The Fight Within – I’m Really Not Selfish, But Sometimes I Am…

fighting kidsWhen I watch children playing and hear them being coached by their parents and teachers to share – share with their siblings, share with their playmates, share their toys, share their food, share the good stuff – and while they’re learning the social norms of sharing, they’re saying, “But WHY?  Why should I share?  I don’t WANT to (i.e. I don’t see what’s in it for me to share – I want it all for myself!)”

And at the other end of living I’ve notice how old people are increasingly self-centered and reluctant to think beyond their own comfort.  My aunt in her final days maintained a very selfish view, as the world revolved around her – her health issues, her personal comfort.  As older people become less flexible in their body, so the rigidity spreads to their mind, and they are less able to be flexible in their thinking, and rarely flexible in their routines.  You could never get my elderly father to do anything that he hadn’t given thought to well in advance, even if he had nothing else to do; all spontaneity was gone.  And his worldview preempted all others; it didn’t matter who was put out by his stubbornness.

So where does selfishness come from?  Is it a bad thing?  Is selflessness such a good thing?  Human beings are innately selfish – it’s a matter survival.  Competitiveness is very natural and super competitiveness is just our selfish streak gone wild.  The true survivors of the world take what they need first, which guarantees that their gene pool will continue to propagate.  So through hundreds of thousands of years of evolution, we the selfish, have survived.  And survival of the species is why we’re all here – our raison d’être.

But we have also evolved to be cooperative.  To survive in the modern world we must cooperate, for unlike are forbearers, we have, for the most part, lost the ability to get by on our own.  We need the work of others in a cooperative society to eat, to stay warm, to help raise our children.  Division of labor has made life so much easier, giving us leisure time to pursue other interests, but it has also made us very cooperative.  So we are team players, we don’t cheat the system, we smile and make nice and so everyone wins.  We have also evolved to care about others in a reciprocal altruism.  It affects us deeply to see a stranger in need, especially a child, and we appropriately reach out with our assistance.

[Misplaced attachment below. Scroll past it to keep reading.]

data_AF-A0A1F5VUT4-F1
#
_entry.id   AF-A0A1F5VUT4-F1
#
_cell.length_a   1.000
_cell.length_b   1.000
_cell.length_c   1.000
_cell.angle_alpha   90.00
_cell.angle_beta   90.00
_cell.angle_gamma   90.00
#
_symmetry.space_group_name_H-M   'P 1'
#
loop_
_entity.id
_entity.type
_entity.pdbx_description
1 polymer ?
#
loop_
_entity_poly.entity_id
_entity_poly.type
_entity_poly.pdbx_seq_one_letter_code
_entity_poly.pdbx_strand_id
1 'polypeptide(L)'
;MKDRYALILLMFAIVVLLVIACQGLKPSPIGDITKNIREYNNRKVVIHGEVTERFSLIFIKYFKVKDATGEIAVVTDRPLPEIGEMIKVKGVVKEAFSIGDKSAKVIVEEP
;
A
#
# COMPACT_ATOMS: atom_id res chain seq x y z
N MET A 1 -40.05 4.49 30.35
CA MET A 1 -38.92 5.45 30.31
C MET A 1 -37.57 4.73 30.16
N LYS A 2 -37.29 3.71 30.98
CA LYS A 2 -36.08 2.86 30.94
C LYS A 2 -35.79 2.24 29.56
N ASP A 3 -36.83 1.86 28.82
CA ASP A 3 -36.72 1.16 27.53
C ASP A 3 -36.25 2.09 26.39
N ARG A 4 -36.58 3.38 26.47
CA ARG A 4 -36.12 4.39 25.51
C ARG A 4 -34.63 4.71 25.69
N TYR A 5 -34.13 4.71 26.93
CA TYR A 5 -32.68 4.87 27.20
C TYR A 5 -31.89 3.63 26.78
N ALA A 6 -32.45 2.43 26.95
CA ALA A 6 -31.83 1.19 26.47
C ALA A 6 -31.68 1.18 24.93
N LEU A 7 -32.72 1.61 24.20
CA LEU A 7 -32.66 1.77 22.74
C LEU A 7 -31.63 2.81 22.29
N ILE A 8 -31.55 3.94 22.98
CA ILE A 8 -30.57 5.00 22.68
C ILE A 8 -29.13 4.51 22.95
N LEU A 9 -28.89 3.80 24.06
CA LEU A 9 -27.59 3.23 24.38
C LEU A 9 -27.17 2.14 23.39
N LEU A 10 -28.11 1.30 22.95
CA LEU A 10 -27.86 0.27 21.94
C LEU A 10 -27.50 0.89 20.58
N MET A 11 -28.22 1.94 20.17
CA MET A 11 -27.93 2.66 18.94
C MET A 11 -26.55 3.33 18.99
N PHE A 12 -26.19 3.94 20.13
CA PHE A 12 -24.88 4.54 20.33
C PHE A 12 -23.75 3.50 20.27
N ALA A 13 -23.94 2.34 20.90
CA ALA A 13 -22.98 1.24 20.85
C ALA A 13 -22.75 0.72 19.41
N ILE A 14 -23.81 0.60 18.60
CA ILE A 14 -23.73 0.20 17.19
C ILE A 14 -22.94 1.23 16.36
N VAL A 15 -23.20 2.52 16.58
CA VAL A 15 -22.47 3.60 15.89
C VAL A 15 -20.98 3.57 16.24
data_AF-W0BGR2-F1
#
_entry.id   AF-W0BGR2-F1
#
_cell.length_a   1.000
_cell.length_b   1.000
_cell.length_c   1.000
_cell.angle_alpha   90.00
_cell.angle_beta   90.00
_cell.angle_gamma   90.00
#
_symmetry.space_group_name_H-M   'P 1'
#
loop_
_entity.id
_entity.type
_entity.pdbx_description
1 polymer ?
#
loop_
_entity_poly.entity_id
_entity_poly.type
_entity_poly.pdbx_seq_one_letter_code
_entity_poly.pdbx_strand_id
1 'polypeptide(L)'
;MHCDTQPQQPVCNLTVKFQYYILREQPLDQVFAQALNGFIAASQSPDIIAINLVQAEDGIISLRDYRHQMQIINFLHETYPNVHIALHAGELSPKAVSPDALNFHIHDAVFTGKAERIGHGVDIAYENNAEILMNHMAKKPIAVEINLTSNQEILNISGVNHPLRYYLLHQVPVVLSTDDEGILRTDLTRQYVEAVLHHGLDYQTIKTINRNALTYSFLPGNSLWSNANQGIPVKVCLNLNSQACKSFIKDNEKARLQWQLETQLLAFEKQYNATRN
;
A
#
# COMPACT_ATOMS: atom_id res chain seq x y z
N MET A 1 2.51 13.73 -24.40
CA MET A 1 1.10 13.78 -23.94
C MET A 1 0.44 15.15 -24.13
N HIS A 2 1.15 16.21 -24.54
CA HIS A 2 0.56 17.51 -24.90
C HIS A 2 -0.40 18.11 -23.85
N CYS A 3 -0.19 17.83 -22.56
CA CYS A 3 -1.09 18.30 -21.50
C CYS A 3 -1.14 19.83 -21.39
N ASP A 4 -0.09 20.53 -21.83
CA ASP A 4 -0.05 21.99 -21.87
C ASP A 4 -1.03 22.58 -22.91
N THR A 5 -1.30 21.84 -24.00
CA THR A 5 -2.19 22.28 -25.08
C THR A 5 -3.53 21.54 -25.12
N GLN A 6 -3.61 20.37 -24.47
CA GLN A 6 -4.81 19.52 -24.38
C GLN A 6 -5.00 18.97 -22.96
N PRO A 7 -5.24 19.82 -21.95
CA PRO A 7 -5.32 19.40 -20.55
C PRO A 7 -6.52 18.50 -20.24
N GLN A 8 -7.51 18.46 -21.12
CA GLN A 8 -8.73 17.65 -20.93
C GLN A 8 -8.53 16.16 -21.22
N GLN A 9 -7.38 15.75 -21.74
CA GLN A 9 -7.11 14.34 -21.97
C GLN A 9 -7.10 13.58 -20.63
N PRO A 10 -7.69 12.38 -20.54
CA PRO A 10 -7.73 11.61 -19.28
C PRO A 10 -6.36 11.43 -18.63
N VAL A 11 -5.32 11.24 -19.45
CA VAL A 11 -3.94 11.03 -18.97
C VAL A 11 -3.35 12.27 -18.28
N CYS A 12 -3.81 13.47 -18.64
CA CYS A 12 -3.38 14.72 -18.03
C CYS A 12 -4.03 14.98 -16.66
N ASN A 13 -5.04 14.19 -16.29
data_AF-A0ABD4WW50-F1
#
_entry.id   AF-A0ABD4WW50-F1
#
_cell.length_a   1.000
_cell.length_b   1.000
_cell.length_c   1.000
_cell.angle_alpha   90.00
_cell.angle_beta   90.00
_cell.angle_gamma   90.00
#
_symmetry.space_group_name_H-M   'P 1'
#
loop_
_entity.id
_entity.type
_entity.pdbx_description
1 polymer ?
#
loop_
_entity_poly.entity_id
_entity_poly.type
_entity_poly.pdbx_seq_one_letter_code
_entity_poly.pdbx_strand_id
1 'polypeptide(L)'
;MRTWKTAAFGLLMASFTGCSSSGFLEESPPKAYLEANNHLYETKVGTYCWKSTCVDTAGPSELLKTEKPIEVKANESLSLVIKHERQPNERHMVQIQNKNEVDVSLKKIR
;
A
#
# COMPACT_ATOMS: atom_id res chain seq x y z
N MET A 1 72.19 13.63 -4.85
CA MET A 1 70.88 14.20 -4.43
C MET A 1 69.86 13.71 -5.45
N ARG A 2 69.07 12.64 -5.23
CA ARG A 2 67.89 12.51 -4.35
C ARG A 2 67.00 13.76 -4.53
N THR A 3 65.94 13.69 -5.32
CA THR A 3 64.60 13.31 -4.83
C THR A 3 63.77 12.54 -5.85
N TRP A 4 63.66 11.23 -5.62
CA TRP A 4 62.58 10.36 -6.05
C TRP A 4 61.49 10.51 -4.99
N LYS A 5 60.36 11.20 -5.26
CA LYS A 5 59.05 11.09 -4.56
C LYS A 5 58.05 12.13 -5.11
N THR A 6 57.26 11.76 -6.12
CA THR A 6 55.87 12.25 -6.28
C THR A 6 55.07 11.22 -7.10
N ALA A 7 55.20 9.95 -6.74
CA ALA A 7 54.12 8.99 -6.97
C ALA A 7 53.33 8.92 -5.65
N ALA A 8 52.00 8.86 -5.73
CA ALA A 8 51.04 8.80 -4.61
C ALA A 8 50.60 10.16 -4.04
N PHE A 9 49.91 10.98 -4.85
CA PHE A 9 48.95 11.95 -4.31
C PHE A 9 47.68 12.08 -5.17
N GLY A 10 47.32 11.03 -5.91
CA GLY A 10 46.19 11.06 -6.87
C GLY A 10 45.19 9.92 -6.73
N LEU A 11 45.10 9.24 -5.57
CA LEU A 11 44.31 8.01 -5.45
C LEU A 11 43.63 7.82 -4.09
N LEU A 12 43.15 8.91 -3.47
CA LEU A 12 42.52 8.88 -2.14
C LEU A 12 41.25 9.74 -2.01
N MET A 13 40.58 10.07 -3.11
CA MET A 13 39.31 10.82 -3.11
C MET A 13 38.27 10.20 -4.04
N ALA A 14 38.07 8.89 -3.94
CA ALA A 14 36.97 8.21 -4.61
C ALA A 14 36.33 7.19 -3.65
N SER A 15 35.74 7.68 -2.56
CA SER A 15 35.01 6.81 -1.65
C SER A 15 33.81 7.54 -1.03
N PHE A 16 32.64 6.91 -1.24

These dual systems of remaining selfish while wanting to be selfless lie deep within us, with one or the other coming to the surface in any given situation.  Should we give to charity when charity begins at home?  Should we cheat and break the rules just this one time because the current situation is extremely important? (And cheating does indeed pay, but if everyone cheated there would be societal chaos, so we rein in the cheaters with punishments and chastisements to keep things running smoothly.)

COMMUNICATION TAKEAWAY:  When your inner voice tells you to stop being selfish, know that being selfish is a very natural tendency and is actually OK; you need your selfishness to survive – it’s not the terrible thing that your mother told you it was.  Sometimes being selfish is standing up for your own self interests, which is important for self-esteem and confidence.  It’s really okay to take the selfish route and say no.

QUESTION:  Do you overload yourself with stress because you just can’t say no when somebody asks you to do something?

Please let me know your comments on this pervasive subject.


One comment on “The Fight Within – I’m Really Not Selfish, But Sometimes I Am…

  1. Pingback: Being Taken For Granted | You Simply Better

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